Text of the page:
Constipation as a side effect of starting the keto diet isn’t uncommon, as typically people aren’t drinking enough water and may not be getting enough fiber.

If you’re experiencing this side effect, it’s important to include lots of vegetables in your diet. There are plenty of vegetables that are low carb, including spinach, kale, and asparagus. In addition, you can get more fiber (flaxseed and chia seeds are some good plant sources), take probiotics, and drink more water in addition to exercising to help stop this frustrating symptom [9].

5. Hunger

If you’re hungry on the keto diet, you may be doing the diet wrong. The keto diet focuses on animal proteins, yes, but your diet should be mostly plant-based, so get that fiber in!

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You’ll also want to avoid processed foods, so processed meats are out. Doing the diet correctly can help to curb your hunger, along with eating the right snacks. You may also be hungry due to lack of sleep, stress, or being dehydrated, so be sure to address all these issues in addition to ensuring your health on the diet!

6. Dehydration

You may be dehydrated on the keto diet, but if you drink lots of water, you also risk flushing electrolytes form your body. You can drink more water, but you should also focus on replenishing your electrolytes, including with salt, bone broth, and mineral water [10].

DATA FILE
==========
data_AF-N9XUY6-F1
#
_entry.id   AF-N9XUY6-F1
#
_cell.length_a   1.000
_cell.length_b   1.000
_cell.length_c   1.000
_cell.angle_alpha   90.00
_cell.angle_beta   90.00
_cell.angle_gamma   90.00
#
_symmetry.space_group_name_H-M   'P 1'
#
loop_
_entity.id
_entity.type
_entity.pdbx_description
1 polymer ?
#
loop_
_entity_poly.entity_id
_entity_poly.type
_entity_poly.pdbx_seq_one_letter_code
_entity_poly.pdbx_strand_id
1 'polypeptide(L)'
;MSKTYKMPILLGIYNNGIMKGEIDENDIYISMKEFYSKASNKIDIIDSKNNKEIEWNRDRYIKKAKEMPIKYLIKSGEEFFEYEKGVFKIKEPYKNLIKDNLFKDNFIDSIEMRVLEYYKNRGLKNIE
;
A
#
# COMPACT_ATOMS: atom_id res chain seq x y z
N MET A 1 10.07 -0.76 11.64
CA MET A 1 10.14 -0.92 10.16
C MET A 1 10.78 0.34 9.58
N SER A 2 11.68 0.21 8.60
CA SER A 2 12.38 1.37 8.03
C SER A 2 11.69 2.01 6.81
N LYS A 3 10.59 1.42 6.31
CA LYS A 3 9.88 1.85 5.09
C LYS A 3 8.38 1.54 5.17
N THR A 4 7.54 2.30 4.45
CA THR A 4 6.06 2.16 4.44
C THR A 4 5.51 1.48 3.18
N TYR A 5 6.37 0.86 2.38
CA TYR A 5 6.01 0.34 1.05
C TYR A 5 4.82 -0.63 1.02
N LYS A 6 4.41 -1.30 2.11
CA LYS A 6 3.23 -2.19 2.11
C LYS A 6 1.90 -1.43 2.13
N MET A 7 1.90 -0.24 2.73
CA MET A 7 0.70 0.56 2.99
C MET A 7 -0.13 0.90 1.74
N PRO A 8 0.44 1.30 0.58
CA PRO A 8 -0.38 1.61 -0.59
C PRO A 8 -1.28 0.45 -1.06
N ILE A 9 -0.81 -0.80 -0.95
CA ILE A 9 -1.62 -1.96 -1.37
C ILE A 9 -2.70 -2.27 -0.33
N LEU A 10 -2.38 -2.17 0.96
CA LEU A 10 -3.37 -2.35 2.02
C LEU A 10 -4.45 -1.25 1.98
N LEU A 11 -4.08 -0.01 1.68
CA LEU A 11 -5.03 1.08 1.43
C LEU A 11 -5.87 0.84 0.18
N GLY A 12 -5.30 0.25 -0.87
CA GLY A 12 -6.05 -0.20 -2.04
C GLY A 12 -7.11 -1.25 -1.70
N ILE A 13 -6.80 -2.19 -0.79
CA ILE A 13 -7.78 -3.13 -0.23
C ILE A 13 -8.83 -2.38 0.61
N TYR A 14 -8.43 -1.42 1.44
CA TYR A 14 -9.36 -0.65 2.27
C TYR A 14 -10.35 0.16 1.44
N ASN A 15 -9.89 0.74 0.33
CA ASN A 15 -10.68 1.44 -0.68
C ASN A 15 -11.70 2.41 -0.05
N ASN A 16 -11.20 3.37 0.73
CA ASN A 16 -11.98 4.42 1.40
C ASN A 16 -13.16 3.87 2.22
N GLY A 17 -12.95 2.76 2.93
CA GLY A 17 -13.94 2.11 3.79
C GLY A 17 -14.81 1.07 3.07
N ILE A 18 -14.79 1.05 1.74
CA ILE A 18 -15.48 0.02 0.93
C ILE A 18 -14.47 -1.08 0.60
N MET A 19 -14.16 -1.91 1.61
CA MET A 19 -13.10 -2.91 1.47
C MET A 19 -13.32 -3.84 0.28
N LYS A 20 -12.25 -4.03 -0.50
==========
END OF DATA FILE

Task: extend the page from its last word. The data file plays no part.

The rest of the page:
As a rule of thumb, your urine should consistently be a pale yellow color. Anything darker could signal dehydration!

7. Loss or Disruption of Menstrual Cycle

Did you know that a low-carb diet can actually stop your menstrual cycle (for those of you who experience dysmenorrhea, don’t get too excited)? Your menstrual cycle can also be disrupted from not eating enough, losing too much weight too fast, or excessive exercise.

If you’re experiencing problems with your cycle on account of the ketogenic diet, you may consider upping your carb intake. Less than 50 grams of carbs daily over a long period of time has the potential to cause an imbalance of hormones which may impact your cycle [11].

8. Bruising

The ketogenic diet has been shown to be effective in children who suffer from epilepsy. However, bruising is a side effect that occurs in one-third of children who are on the keto diet [12]. Experts speculate that this change can happen due to changes in platelet responsiveness while on the ketogenic diet.